Boston has long been a top smart city and several efforts have already been initiated to bring Boston’s technological infrastructure into the 21st century. In 2013, Schneider Electric partnered with the city to capture and analyze data from city facilities, traffic lights, street lights and city vehicles to increase efficiency and environmental standards. In 2014, Boston University began developing a cloud-based smart city system called SCOPE to develop and implement smart city services.
In May, the Boston Planning & Development Agency and Boston’s Department of Innovation and Technology entered into a memorandum of understanding with WiredScore to ensure residential and commercial developments address broadband needs. The BPDA will add a Broadband Ready Building Questionnaire to assess if a new development is equipped with advanced technological infrastructure. Boston is the first city to work with WiredScore to integrate broadband-ready building design into its real estate development process.
The city’s Broadband and Digital Equity efforts aim to improve affordability and access to reliable high-speed internet for homes and businesses, expand the availability of internet in public places and facilitate access to up-to-date digital tools.
Los Angeles has some of the smartest street lamps in the country. Its energy-efficient LED lights are equipped with 4G LTE wireless technology. Eventually, about 600 poles will be installed throughout the city. Los Angeles also partnered with Royal Philips in 2015 to install a street lighting system that uses mobile and cloud-based technologies. The Philips CityTouch system allows the Bureau of Street Lighting to remotely control lighting fixtures and monitor energy use for each light.
The Southern California city also gathered 500 types of map data to improve efficiencies of city departments. The Los Angeles GeoHub is accessible to residents, city employees and private companies. Data touches about every aspect of city life and includes things from real-time traffic and building inspections to the location of the nearest fire hydrant.
Chicago’s biggest smart technology projects are the installation of a smart grid and smart lighting. The city’s Smart Lighting Project will lead to the replacement of 270,000 high pressure sodium lamps with LED lights, the installation of a wireless lighting system to monitor the lights in real time and allow for crews to make targeted repairs on existing poles and wires. The smart grid project will lead to the installation of 4 million smart meters by 2018.
In 2016, the city began installing sensor boxes to monitor the environment, such as air quality, rainwater and air temperatures. The city also is rolling out high-speed broadband and increasing public WiFi. Chicago has an extensive bike-sharing program and was recently named the greenest city in the U.S.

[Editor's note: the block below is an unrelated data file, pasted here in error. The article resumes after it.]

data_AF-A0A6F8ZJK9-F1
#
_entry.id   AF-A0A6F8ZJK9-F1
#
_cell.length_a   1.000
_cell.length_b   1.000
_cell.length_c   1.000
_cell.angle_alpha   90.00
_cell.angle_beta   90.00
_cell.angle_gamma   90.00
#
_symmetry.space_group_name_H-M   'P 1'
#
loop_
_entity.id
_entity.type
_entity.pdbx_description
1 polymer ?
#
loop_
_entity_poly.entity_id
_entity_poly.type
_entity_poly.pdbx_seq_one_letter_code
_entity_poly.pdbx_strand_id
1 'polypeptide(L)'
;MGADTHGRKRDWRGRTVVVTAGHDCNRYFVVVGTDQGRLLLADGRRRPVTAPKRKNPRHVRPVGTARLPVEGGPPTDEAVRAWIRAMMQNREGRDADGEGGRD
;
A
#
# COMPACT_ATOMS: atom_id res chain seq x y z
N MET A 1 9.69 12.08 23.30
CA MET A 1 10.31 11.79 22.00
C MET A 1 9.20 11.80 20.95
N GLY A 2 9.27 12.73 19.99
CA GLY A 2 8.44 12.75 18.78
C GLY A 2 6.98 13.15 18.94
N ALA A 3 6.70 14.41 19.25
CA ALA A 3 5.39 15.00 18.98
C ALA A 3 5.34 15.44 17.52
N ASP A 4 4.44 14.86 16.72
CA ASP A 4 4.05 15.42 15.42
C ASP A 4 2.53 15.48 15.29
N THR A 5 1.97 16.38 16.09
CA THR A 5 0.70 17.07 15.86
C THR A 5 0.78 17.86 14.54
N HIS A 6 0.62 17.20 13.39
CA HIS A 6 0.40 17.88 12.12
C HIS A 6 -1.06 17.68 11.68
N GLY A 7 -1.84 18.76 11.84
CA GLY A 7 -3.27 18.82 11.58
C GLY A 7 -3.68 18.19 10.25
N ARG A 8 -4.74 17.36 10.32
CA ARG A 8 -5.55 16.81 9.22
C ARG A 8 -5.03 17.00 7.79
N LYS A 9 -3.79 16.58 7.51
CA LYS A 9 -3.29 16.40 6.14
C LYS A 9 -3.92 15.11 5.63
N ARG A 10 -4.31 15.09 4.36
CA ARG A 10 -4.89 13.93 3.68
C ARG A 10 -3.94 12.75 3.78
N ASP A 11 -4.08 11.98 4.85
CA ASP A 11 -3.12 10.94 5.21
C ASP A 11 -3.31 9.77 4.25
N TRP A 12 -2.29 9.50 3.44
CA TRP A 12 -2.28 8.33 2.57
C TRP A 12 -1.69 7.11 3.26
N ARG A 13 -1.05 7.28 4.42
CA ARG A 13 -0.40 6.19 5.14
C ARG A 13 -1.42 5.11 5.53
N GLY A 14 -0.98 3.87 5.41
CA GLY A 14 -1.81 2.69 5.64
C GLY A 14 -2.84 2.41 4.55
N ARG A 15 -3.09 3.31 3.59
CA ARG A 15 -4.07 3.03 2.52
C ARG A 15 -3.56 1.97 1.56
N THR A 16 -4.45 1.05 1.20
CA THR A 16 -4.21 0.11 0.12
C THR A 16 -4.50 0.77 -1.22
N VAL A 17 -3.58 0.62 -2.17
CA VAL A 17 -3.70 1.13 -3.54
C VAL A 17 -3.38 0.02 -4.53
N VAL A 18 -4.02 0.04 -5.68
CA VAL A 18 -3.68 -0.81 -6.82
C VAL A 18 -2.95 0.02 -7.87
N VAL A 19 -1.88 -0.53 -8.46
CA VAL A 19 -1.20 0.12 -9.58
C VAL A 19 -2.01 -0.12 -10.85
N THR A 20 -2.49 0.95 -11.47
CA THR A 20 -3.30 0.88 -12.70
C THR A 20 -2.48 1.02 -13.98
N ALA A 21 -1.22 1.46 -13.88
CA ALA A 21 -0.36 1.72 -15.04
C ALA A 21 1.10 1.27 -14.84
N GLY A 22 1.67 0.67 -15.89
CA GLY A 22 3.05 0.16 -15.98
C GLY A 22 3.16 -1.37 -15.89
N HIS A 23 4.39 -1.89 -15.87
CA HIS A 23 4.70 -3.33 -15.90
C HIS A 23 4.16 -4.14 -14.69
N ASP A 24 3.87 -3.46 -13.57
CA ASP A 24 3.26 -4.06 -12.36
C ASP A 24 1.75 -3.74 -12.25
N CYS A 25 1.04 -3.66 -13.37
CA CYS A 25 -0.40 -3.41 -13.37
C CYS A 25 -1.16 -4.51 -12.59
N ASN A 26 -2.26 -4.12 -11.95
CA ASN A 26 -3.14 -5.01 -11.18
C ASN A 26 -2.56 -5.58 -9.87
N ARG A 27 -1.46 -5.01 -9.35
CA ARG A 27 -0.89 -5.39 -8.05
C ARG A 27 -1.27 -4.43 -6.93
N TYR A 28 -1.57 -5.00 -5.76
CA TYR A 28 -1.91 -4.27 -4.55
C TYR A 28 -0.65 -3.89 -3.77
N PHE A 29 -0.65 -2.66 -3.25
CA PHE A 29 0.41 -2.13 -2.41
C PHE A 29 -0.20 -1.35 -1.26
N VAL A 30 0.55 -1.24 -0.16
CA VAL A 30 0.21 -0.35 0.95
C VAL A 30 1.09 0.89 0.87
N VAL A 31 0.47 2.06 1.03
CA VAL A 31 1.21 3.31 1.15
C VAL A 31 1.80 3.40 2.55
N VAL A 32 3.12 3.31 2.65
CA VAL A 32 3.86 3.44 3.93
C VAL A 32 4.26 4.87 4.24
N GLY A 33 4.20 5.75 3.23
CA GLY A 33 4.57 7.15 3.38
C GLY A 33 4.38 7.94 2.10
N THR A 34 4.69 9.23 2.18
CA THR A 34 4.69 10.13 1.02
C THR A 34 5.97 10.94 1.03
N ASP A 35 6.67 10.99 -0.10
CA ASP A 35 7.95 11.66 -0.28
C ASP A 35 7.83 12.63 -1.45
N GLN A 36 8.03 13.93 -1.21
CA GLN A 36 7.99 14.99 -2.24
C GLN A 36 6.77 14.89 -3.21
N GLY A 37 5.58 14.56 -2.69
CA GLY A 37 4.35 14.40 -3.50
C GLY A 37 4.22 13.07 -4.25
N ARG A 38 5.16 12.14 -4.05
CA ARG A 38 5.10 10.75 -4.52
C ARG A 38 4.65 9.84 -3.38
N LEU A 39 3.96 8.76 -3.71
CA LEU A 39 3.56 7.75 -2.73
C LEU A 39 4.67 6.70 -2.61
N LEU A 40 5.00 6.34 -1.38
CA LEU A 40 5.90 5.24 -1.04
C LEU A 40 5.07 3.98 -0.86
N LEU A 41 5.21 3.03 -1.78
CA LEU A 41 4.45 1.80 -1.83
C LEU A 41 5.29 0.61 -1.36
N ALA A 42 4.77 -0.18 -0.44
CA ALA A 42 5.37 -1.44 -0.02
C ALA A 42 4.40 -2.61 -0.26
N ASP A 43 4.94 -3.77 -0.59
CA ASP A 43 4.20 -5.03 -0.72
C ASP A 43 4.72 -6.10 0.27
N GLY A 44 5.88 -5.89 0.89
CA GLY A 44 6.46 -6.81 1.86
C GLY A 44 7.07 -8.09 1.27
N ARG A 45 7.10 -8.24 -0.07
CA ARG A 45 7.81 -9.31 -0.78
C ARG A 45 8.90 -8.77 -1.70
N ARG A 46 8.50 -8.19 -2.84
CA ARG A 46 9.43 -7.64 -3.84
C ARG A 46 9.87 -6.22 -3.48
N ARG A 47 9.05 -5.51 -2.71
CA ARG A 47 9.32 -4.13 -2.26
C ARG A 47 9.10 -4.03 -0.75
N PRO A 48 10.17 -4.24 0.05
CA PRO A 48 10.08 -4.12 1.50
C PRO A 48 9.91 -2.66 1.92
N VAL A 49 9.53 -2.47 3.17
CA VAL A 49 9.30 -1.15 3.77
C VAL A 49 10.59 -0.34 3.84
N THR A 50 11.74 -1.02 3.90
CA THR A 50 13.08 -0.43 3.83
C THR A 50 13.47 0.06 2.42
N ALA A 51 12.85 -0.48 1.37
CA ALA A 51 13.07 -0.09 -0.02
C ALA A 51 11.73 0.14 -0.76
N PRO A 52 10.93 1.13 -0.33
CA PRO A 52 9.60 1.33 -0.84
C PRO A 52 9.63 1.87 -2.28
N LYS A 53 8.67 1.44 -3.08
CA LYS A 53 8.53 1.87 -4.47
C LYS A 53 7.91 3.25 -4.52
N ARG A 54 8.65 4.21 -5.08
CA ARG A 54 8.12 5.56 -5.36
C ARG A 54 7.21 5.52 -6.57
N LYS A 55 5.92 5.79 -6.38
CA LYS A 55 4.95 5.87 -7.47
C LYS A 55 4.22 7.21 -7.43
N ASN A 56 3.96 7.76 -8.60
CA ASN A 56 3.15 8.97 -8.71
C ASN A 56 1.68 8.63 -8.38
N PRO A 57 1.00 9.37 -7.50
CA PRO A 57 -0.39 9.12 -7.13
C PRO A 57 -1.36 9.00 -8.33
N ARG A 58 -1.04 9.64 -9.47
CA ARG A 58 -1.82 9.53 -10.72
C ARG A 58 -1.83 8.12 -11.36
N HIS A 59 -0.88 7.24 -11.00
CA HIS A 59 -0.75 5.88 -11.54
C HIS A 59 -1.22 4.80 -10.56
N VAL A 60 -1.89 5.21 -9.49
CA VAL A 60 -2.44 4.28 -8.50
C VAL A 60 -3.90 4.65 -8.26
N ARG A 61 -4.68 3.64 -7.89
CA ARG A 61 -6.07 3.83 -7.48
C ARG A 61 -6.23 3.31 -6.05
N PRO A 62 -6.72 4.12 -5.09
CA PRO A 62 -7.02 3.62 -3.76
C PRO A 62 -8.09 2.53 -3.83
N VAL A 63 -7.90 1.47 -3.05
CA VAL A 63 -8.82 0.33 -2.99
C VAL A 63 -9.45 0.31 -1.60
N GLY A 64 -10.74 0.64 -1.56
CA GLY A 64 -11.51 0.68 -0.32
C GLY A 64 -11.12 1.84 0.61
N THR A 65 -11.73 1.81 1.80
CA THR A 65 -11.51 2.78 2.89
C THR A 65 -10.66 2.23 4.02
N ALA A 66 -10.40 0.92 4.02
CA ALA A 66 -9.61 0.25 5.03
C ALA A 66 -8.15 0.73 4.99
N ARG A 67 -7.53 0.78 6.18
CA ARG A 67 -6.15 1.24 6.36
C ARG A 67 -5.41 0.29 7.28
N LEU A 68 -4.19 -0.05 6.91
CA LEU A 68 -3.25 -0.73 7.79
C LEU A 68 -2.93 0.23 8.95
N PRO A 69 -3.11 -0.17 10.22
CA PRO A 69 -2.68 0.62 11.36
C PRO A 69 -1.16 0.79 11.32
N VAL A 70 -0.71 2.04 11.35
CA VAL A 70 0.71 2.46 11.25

Even though Portland, Oregon, lost out on the Smart City Challenge in 2016 to Columbus, Ohio, which received a $50M prize, Portland decided to push forward with some of the elements in its proposal, according to DJC Oregon. The city and Portland State University are working on a Smart City action plan that will create clear steps on how to invest resources and people to move forward with smart city initiatives.
Electric vehicles will be a continued focus. The city is adding electric charging stations in right of way areas, and Portland General Electric has proposed creating an electric avenue in east Portland. There is already a pod of charging stations on Salmon Street in downtown Portland. Uber also will test its electric vehicle program in Portland. The program incentivizes drivers to switch to EVs. Downtown Portland received the country’s first electric vehicle showroom, which will be operated by Forth, an organization set on doubling EV sales in Oregon by 2020.
Seattle is increasing broadband access, simplifying its permitting process and partnering with private companies, such as Cascade Networks, to lease unused fiber optic cable owned by the city to help expand service. Many of its smart city initiatives are being driven by the city's rapid growth. The population is expected to rise 35% by 2035, but city staff will not likely increase enough to accommodate the growing population.
Access to gigabit internet has expanded with over half of Seattle residents having access to high-speed broadband and city services. The mayor has encouraged departments to use data analytics to make informed decisions. Other initiatives include providing an open data program to provide access to data to improve quality of life, building new data centers to improve efficiencies and updating critical components to the countywide emergency radio system.
Seattle and the University of Washington also joined The Metrolab Network, which consists of partnerships with research universities and cities looking to test new technologies.